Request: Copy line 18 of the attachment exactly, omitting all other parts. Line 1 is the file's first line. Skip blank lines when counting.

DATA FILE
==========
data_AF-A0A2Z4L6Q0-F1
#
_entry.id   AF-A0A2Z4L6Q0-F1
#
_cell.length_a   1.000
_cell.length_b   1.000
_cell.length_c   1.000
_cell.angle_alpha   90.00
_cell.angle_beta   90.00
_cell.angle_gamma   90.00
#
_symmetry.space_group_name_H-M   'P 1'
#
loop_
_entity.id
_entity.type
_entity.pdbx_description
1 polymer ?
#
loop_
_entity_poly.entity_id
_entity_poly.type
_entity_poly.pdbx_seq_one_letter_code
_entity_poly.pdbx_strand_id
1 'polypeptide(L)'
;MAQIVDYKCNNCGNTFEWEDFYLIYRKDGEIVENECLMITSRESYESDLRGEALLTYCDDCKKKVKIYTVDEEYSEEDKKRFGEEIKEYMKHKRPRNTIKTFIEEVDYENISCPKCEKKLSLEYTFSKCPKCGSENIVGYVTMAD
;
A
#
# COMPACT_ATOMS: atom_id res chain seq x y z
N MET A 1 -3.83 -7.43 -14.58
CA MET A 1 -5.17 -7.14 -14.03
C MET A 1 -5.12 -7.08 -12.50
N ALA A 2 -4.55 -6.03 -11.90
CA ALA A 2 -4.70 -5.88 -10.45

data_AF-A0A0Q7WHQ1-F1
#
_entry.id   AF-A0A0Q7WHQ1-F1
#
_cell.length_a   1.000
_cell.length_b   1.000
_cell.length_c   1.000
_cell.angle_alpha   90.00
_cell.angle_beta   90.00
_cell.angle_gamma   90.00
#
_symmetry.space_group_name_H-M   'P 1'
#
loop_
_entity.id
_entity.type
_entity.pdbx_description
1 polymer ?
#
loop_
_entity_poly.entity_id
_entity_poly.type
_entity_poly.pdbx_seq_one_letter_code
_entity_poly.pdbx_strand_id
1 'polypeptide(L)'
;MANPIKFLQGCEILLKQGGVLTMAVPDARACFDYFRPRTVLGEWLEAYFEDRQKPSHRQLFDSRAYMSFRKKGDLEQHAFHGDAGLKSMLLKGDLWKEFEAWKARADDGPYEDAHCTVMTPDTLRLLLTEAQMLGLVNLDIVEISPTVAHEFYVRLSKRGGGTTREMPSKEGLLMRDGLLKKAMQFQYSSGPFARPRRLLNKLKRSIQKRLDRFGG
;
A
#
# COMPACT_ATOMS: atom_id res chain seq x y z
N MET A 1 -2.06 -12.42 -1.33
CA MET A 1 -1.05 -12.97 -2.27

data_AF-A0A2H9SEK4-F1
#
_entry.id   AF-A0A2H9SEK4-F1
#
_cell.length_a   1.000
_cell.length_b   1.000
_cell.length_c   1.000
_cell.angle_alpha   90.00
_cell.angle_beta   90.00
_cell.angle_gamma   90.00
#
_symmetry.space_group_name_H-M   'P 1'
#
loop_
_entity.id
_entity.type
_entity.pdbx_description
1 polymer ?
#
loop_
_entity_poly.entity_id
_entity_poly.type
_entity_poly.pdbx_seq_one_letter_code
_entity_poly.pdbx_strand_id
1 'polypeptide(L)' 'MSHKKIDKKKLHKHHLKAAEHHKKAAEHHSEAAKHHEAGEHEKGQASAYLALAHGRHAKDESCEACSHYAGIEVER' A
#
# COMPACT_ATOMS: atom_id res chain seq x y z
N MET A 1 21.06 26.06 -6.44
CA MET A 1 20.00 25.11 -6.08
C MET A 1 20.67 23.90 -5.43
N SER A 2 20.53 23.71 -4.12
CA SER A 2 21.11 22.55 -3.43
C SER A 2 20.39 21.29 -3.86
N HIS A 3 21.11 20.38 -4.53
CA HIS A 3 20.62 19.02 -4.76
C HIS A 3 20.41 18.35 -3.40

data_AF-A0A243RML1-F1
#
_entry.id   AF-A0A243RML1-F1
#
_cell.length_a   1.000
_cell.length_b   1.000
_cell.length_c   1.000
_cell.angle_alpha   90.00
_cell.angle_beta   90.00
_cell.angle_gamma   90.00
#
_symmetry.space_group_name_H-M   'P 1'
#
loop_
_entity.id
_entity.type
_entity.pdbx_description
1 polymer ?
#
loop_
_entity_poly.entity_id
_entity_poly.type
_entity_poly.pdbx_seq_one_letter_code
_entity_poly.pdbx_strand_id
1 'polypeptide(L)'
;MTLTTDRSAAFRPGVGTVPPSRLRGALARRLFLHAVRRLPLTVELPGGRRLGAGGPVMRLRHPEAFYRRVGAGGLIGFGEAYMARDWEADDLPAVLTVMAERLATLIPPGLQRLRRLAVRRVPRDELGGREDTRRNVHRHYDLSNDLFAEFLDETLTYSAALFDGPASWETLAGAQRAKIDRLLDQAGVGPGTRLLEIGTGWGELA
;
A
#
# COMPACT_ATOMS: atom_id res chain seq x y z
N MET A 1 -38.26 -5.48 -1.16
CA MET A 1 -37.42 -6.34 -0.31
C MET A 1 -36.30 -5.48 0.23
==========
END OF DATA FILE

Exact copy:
1 polymer ?